The British love a little light self-deprecation. And jolly good we are at it, too. With an adaptation masterminded by Patrick Barlow (of National Theatre of Brent fame) of John Buchan’s 1914 boy’s-own spy thriller, The 39 Steps is full of clichés ripe for poking fun at and has earned plenty of awards for doing just that: the stiff upper lips, sexism and jingoism of the past have been making audiences at The Criterion theatre rock with laughter for the last five years.
The stage show is as much a tribute to Alfred Hitchcock’s 1935 film as it is to the original story. Scenes are re-enacted, including the famous escape on the Forth Bridge, and, if that sounds impossible, other movies and a cameo from the great director are thrown in as well. But this is pure theatre – laughing at its limitations while showing the power of the medium. The inventiveness of a hardworking cast of four, minimal props and faux improv are something to celebrate.
Actress Maria Aitken directs and makes The 39 Steps a joy for its absurdly versatile cast – the actors even get to draw upon all that drama school training pretending to be trees and rocks. Rufus Wright is the dashing Richard Hannay, who goes from worrying about his pencil moustache to running away from a dastardly spy ring. Laura Rogers plays all the women admirably, especially Annabella Schmidt, the spy that Hannay takes home and offers kippers to. The other 135 roles are performed by just two men: Dermot Canavan (having great fun in drag) and, on the performance I saw, the understudy James Hurn who put on such a jolly good show that my only quibble is that he didn’t get the extra bow he deserved.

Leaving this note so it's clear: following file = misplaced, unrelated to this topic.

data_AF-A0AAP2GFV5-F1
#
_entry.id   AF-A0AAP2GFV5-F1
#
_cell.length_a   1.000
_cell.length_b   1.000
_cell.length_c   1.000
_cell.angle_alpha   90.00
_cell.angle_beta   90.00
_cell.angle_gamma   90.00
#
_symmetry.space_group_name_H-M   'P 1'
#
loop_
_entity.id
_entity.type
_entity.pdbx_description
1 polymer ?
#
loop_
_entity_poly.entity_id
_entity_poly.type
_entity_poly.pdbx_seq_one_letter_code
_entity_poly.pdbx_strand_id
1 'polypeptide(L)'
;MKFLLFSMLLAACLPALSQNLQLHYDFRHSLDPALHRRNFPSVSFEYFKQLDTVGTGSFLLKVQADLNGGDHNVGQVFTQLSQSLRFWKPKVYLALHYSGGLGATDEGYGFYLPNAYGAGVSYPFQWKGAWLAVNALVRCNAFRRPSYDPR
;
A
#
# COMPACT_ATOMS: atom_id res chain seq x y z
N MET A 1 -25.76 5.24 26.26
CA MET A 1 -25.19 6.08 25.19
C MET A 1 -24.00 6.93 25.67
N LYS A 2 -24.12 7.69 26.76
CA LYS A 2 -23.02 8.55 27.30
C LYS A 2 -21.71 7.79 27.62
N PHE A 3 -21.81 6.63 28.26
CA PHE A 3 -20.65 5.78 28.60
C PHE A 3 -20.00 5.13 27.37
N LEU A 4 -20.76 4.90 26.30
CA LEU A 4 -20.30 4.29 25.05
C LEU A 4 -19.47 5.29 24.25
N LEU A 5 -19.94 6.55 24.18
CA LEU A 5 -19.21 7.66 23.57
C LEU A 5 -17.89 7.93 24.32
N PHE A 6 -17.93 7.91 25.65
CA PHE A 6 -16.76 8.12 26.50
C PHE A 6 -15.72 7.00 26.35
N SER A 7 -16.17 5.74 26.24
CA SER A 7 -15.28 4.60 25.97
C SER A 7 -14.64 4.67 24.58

The 39 Steps isn’t for everyone. Steer clear if you hate slapstick and be prepared for some awful puns. But here’s a tip – the show is great for visitors, even those that might have English as a second language. The humour’s broad appeal means Johnny Foreigner will be able to laugh along as you show you’re a true Brit by laughing at yourself. In fact, seeing this show is practically a patriotic duty – so come on chaps!
Written 13 September 2011 for The London Magazine